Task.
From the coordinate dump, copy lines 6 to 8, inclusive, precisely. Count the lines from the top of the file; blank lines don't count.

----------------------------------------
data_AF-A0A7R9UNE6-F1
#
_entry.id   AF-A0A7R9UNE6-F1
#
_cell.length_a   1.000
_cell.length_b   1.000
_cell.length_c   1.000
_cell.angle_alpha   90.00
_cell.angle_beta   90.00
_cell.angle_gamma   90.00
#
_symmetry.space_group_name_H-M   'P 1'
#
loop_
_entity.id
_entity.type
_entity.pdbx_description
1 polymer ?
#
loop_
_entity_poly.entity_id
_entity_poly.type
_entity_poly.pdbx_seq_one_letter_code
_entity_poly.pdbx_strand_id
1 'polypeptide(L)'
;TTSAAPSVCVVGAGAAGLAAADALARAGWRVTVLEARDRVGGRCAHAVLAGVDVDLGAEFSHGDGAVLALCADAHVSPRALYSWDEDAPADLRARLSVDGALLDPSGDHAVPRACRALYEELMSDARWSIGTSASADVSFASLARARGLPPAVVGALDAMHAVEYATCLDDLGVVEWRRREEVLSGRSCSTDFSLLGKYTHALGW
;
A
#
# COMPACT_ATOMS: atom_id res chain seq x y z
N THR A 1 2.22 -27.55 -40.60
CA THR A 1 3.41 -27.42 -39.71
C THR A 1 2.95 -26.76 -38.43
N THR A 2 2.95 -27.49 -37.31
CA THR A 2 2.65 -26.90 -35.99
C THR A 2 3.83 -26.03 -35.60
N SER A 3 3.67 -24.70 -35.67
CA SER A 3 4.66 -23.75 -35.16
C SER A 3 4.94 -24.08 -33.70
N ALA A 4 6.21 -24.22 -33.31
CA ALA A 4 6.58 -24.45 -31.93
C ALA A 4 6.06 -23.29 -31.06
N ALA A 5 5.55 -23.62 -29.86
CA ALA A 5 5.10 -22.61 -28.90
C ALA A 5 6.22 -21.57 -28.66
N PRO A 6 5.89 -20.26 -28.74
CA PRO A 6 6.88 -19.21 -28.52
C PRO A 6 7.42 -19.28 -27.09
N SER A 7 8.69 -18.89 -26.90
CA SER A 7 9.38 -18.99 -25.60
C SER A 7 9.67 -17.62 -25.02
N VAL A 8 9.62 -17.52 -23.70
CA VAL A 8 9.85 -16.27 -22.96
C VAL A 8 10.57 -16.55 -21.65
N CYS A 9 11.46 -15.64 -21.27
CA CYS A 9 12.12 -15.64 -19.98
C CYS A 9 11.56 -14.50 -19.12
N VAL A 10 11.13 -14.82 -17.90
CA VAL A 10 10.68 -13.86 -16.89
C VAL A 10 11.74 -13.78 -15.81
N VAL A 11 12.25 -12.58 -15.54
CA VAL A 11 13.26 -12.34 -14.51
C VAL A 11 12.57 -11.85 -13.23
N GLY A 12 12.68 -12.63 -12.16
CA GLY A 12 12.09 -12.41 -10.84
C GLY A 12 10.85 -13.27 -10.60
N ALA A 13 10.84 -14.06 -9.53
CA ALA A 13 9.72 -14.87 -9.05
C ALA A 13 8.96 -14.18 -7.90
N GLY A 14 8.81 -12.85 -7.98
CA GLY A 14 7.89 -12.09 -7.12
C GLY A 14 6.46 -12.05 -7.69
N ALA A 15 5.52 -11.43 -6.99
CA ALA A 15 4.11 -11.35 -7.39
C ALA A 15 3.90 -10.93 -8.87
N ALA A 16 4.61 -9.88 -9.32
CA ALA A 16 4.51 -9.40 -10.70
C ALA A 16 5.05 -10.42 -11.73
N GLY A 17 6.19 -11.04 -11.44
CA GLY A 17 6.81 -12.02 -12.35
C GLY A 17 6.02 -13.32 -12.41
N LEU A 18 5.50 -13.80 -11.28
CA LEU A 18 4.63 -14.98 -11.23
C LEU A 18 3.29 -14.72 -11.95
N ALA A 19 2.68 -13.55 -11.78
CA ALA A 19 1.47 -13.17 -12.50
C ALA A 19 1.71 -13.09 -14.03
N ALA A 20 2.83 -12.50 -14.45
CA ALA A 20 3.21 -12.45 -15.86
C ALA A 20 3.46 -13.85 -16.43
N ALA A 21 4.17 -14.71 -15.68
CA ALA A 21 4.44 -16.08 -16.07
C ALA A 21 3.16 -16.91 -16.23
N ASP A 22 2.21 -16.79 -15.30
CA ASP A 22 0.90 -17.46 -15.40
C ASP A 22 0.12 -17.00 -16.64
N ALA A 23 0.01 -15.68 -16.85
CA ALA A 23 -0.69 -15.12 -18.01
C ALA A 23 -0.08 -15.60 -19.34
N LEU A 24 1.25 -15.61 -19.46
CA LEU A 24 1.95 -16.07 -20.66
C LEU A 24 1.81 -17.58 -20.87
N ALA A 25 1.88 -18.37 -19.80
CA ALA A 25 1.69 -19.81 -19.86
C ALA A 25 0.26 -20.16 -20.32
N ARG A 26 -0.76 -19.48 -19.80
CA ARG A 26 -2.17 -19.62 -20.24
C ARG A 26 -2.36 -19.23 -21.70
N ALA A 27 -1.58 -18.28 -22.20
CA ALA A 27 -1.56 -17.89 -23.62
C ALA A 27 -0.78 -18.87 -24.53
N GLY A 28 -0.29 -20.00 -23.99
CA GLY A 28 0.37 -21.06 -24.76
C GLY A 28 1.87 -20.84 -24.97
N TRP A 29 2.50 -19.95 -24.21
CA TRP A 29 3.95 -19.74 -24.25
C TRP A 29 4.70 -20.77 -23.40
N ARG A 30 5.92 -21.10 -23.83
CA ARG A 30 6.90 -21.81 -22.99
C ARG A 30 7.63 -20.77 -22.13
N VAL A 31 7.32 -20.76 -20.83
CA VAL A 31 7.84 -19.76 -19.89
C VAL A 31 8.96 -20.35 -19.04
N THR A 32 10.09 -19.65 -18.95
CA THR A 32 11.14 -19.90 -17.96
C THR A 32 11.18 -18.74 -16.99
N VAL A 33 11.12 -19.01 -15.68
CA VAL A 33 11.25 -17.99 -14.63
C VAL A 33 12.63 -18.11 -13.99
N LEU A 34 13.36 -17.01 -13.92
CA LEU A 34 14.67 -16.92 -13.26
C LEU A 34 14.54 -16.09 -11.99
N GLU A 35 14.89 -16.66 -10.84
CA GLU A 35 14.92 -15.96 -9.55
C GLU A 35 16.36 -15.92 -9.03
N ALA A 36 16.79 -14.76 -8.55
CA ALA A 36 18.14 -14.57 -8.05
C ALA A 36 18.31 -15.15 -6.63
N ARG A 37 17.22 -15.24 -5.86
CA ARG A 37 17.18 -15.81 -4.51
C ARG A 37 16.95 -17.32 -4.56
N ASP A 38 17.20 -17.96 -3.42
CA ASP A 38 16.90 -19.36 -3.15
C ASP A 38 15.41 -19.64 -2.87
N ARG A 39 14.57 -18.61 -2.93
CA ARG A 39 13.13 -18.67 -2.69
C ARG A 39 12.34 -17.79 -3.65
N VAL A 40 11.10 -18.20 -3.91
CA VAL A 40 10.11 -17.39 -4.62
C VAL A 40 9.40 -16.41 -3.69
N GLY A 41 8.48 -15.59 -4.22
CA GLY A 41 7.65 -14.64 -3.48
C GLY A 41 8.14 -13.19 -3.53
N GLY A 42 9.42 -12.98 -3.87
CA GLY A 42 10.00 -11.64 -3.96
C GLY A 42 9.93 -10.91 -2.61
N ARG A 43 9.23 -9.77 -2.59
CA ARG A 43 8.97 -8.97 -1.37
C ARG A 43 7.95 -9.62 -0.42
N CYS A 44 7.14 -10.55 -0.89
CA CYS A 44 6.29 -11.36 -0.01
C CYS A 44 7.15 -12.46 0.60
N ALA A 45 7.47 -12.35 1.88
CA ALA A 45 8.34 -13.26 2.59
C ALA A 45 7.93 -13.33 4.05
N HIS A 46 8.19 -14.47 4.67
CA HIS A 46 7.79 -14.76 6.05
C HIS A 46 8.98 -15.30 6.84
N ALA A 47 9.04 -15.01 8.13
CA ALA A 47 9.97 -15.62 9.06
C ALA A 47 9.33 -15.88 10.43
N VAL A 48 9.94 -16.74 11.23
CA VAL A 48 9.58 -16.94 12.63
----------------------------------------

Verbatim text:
_cell.length_b   1.000
_cell.length_c   1.000
_cell.angle_alpha   90.00